It was only a matter of time before the Wurstfest Association of New Braunfels announced the Wurstfest was canceled due to COVID-19. The festival, which was scheduled for November 6-15, will not be operating this year after a decision made by the Wurstfest Board of Directors which included input from a committee assigned to continually monitor the latest coronavirus pandemic information.
Randy Rust, 2020 Wurstfest President, shared in a statement on Wurstfest.com,
"This will be the first time Wurstfest has canceled a festival in our 60-year history. We have had our challenges in the past, including flood events and most recently a fire that destroyed the Marktplatz building. We have always overcome our challenges while making the festival better each year. We made this decision knowing what a difficult year 2020 has been and that our guests were looking forward to Wurstfest more than ever. We also realize how important the festival is to the community non-profit organizations that participate. Many of them make their fundraising goals for the year during the ten days of Wurstfest and go on to use those funds to do good work that benefits our community throughout the year. That made this decision even more difficult. When we looked at how festival operations would have to change to prioritize safety, plus the related operational restrictions, we just didn't feel we would be able to provide the Wurstfest experience we are known for."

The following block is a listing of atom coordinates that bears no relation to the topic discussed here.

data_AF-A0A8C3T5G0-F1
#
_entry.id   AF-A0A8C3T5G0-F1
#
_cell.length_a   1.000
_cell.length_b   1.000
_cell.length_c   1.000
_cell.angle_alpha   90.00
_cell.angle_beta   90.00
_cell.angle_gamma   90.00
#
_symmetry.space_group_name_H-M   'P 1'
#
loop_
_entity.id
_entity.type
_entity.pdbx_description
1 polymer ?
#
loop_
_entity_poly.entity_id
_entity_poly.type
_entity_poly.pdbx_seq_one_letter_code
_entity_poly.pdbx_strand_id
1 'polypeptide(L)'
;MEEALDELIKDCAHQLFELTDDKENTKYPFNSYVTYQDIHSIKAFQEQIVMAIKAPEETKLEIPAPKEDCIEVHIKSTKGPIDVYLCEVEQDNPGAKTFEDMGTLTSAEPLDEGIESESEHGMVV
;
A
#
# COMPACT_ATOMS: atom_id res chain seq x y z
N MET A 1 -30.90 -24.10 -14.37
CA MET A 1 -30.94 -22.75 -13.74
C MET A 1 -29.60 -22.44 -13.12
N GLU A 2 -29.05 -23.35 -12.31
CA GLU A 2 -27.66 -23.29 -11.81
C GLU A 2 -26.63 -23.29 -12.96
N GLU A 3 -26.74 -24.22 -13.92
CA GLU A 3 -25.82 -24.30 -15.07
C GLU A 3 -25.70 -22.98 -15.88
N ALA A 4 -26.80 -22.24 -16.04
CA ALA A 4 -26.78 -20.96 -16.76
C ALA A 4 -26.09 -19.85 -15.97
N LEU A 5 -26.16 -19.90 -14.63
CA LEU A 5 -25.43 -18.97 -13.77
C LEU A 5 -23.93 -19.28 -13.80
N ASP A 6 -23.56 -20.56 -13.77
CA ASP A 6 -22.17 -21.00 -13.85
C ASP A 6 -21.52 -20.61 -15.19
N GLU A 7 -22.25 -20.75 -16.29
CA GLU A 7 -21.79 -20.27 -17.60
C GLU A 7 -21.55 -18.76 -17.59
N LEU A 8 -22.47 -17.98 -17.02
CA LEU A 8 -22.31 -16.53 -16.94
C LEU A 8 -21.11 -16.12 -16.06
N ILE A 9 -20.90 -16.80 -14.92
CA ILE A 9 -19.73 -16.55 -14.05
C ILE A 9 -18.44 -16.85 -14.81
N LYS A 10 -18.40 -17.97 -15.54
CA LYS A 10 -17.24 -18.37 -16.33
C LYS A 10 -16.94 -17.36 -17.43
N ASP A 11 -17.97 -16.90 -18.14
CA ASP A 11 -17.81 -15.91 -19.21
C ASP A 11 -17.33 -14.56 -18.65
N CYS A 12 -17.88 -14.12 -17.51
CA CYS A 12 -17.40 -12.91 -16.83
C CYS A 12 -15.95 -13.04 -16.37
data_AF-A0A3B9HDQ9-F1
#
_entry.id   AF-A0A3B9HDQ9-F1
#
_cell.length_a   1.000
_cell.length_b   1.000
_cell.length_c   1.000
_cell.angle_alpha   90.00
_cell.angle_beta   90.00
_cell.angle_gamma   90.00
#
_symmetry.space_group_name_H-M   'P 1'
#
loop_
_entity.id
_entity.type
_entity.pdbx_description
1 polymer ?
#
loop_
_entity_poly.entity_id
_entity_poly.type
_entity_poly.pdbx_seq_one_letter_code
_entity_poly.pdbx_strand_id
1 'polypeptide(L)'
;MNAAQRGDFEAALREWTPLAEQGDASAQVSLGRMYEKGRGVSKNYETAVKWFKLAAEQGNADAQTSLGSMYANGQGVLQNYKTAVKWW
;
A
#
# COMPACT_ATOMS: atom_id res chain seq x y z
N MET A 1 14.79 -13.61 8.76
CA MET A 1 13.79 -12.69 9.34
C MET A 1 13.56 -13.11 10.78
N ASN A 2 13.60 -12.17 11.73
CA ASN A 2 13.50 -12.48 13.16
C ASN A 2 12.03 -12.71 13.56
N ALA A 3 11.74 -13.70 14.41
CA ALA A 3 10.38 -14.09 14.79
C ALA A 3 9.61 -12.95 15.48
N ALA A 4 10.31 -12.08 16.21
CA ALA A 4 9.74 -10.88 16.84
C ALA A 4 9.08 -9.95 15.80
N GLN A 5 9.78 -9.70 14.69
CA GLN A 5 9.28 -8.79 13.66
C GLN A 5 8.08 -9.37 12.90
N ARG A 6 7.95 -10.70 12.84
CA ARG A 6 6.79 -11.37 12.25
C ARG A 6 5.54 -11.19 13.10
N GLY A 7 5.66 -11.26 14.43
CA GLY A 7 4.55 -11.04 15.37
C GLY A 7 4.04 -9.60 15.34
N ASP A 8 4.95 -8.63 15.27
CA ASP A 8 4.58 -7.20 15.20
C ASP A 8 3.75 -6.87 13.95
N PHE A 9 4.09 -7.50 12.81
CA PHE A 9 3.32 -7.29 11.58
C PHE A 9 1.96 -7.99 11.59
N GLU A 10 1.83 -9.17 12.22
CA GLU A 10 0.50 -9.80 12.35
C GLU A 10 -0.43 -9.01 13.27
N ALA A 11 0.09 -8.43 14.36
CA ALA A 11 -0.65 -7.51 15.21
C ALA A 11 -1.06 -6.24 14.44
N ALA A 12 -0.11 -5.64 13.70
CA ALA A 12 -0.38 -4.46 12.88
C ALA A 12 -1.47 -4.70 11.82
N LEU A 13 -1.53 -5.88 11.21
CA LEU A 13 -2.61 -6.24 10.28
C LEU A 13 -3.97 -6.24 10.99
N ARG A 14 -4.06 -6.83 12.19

Next year, the 2021 festival will be held November 5-14 and will include a new and improved Marktplatz building.
What is Wurstfest?
In 1961 Ed Grist, the city meat inspector, created a festival to honor sausage in Comal county. After a week of local restaurants and grocery stores selling sausage specials, the special event concluded with a festival.
The first year the unique annual celebration was dubbed "The Sausage Festival," then "Wurst Week," and now the Texas fun festival is known to all as Wurstfest.
Today the festival boasts Bavarian-style entertainment, carnival rides, delicious sausages, and fine beer all served on the Wurstfest Grounds next to the Comal River. Texans can enjoy German culture at the Wursthalle, listen to live music and dance the polka in Das Grosse Zelt, and drink domestic beer at the Biergartens.
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